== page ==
DANVILLE -- The new superintendent of San Ramon Valley schools signed her employment contract in front of the school board Wednesday night after being unanimously approved to replace outgoing Superintendent Steven Enoch.

Mary Shelton, 60, a school administrator in Sacramento, said she is excited to lead San Ramon Valley schools toward becoming "the No. 1 district in the nation."

She starts out at a salary of $240,000 a year, the same as Enoch's base pay this year. She is also authorized a stipend for moving expenses up to $10,000.

Enoch, who has been superintendent of the San Ramon Valley district since 2008, retires June 30 after a 40-year career in education.

Shelton's official first day on the job is July 1. Her contract ends June 30, 2015, unless otherwise terminated or extended.

The board selected her from a pool of 21 candidates after a two-month search.

"Ms. Shelton brings to this district a wealth of experience," school board President Greg Marvel said. "She's a transformational leader. She believes passionately in the quality of public education and passionately in the belief that every child, regardless of background, regardless of socioeconomic status, ethnicity, regardless of what they bring when they walk through the doors of that school -- that they're going to receive the best quality education possible."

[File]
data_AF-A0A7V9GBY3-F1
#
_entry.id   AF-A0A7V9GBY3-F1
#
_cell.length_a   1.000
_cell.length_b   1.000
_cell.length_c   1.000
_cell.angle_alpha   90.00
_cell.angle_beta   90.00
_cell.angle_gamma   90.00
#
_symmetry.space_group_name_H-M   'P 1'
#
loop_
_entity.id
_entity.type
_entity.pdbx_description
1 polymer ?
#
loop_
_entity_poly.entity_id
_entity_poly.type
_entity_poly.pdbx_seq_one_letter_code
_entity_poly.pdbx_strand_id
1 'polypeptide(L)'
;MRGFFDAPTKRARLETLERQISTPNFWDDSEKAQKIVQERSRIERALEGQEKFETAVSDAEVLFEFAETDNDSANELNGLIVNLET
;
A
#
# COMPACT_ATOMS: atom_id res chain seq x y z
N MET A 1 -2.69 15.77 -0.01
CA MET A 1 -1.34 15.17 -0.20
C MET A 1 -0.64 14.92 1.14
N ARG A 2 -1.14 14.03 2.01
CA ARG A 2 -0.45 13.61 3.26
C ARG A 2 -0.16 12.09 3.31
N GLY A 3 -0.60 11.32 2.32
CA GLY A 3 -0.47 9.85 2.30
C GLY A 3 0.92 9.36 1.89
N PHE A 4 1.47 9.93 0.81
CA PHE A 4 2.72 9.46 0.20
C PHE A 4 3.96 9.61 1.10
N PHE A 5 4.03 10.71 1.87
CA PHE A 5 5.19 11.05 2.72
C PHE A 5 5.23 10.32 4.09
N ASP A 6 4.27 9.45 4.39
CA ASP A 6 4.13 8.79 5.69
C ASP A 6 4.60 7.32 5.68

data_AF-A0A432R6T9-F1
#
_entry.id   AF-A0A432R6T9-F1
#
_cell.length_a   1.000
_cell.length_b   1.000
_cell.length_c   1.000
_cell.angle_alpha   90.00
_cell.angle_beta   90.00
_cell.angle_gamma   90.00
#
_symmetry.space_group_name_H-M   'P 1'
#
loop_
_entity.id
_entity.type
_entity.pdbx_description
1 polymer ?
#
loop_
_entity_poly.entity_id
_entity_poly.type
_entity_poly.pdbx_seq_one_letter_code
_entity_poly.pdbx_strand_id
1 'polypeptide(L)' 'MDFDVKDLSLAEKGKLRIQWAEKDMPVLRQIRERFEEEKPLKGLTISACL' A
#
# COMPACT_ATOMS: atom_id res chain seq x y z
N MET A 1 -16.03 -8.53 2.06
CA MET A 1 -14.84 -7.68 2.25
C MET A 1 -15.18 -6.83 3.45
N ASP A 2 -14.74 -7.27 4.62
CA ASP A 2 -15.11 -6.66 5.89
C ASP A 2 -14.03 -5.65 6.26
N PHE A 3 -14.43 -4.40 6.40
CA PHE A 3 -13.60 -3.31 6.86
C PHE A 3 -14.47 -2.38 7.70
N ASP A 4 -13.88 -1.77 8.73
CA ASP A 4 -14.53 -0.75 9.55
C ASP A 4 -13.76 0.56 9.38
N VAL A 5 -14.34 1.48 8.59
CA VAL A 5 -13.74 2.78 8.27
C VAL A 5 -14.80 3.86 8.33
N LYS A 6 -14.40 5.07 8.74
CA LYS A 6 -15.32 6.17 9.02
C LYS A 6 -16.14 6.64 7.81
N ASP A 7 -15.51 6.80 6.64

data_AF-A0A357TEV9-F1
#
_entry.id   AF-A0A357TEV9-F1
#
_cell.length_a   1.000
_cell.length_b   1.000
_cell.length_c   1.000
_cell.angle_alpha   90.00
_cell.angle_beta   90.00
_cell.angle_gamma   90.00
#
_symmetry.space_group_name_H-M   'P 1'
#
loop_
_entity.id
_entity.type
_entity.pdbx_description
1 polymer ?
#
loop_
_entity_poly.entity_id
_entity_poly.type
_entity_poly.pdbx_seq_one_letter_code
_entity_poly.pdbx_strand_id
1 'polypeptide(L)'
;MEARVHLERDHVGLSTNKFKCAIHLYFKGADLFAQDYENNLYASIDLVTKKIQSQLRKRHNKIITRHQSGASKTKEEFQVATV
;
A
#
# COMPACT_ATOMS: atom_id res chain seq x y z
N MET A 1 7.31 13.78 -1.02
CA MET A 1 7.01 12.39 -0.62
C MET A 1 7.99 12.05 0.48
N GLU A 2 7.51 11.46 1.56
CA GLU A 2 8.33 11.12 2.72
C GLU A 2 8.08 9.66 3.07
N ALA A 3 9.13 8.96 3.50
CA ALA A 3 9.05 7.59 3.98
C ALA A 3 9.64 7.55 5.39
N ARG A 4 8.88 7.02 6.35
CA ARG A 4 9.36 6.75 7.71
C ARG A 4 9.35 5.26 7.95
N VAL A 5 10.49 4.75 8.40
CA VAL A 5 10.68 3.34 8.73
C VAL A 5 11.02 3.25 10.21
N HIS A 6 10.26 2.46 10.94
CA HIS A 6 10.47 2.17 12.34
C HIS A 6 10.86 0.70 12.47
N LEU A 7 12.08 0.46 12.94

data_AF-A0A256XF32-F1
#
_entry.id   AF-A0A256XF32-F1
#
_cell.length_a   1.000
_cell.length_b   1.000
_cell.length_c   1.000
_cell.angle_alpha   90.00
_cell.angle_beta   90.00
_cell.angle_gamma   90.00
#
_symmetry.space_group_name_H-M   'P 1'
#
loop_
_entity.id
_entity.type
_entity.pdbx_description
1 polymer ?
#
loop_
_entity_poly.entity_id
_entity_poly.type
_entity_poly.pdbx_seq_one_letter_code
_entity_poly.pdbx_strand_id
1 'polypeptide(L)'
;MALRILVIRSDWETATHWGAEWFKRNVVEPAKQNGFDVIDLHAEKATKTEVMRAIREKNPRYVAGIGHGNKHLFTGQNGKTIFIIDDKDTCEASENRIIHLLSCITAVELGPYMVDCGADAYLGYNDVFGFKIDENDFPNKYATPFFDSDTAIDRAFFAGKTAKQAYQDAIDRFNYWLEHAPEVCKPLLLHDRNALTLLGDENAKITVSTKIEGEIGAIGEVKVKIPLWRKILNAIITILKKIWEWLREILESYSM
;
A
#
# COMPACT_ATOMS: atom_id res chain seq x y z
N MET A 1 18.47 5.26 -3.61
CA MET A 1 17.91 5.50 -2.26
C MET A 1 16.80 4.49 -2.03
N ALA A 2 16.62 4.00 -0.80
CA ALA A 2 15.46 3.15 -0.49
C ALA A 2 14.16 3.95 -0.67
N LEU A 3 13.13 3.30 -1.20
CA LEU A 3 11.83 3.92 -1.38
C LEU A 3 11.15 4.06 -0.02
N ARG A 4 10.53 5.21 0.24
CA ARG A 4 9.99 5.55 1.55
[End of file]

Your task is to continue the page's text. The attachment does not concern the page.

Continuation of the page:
Shelton spent 11 years as a math teacher and an assistant principal at Jesuit Catholic High School in Sacramento. She then served as the principal at John F. Kennedy High School in Sacramento from 2001 to 2006. From there, she went on to become an administrator in the Sacramento City Unified School District and is now the chief accountability officer responsible for supervising school sites.

Before moving to California, she spent four years teaching math at Louisiana State University in Shreveport and at Millsaps College in Jackson, Miss. Before that, she worked as a computer programmer for Chevron in New Orleans.

Shelton will be moving from a large urban district where 69 percent of students qualify for free or reduced-price lunches to a high-performing suburban district that has the highest Academic Performance Index scores in California for a district with more than 9,000 students.

Marvel said the district is facing difficult decisions in the next couple of years as the state continues to take money from school budgets.

"In this district so far since the recession started, we've lost $80 million in general fund revenue from the state of California," he said. "I commend anybody who wants to step up to the plate to be a superintendent in a district in these incredibly trying times."

Shelton said her first duty on the job will be to meet and listen to parents, teachers and district staff. "I don't believe in fixing anything that isn't broken," she said.

"It's a good change," she said of moving to the San Ramon Valley. "I think it's going to be an exciting change."

Contact Jason Sweeney at 925-847-2123. Follow him at Twitter.com/jason_sweeney.